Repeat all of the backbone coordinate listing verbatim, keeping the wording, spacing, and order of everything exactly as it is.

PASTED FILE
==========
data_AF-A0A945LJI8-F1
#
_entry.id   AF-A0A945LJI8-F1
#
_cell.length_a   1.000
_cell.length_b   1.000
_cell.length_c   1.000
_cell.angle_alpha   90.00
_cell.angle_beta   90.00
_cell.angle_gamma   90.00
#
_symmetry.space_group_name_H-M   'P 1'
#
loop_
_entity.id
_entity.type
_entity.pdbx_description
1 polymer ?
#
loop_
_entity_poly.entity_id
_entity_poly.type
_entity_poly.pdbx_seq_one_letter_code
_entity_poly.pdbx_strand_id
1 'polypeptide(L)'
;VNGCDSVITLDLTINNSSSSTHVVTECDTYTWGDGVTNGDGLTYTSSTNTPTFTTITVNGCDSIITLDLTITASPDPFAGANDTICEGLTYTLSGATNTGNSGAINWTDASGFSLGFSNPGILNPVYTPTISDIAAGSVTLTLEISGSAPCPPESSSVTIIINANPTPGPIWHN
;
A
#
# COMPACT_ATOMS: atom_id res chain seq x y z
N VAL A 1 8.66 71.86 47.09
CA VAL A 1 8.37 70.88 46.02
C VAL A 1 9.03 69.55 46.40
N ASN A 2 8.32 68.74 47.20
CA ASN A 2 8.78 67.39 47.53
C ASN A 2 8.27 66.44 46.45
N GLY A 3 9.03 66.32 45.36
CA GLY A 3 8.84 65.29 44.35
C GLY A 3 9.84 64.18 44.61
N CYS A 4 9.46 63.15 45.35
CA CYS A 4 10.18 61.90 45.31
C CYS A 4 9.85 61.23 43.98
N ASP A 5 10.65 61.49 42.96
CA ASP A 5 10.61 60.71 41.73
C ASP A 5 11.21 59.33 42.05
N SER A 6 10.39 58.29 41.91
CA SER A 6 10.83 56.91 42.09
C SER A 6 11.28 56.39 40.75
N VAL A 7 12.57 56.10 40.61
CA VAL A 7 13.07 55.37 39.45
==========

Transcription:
data_AF-A0A945LJI8-F1
#
_entry.id   AF-A0A945LJI8-F1
#
_cell.length_a   1.000
_cell.length_b   1.000
_cell.length_c   1.000
_cell.angle_alpha   90.00
_cell.angle_beta   90.00
_cell.angle_gamma   90.00
#
_symmetry.space_group_name_H-M   'P 1'
#
loop_
_entity.id
_entity.type
_entity.pdbx_description
1 polymer ?
#
loop_
_entity_poly.entity_id
_entity_poly.type
_entity_poly.pdbx_seq_one_letter_code
_entity_poly.pdbx_strand_id
1 'polypeptide(L)'
;VNGCDSVITLDLTINNSSSSTHVVTECDTYTWGDGVTNGDGLTYTSSTNTPTFTTITVNGCDSIITLDLTITASPDPFAGANDTICEGLTYTLSGATNTGNSGAINWTDASGFSLGFSNPGILNPVYTPTISDIAAGSVTLTLEISGSAPCPPESSSVTIIINANPTPGPIWHN
;
A
#
# COMPACT_ATOMS: atom_id res chain seq x y z
N VAL A 1 8.66 71.86 47.09
CA VAL A 1 8.37 70.88 46.02
C VAL A 1 9.03 69.55 46.40
N ASN A 2 8.32 68.74 47.20
CA ASN A 2 8.78 67.39 47.53
C ASN A 2 8.27 66.44 46.45
N GLY A 3 9.03 66.32 45.36
CA GLY A 3 8.84 65.29 44.35
C GLY A 3 9.84 64.18 44.61
N CYS A 4 9.46 63.15 45.35
CA CYS A 4 10.18 61.90 45.31
C CYS A 4 9.85 61.23 43.98
N ASP A 5 10.65 61.49 42.96
CA ASP A 5 10.61 60.71 41.73
C ASP A 5 11.21 59.33 42.05
N SER A 6 10.39 58.29 41.91
CA SER A 6 10.83 56.91 42.09
C SER A 6 11.28 56.39 40.75
N VAL A 7 12.57 56.10 40.61
CA VAL A 7 13.07 55.37 39.45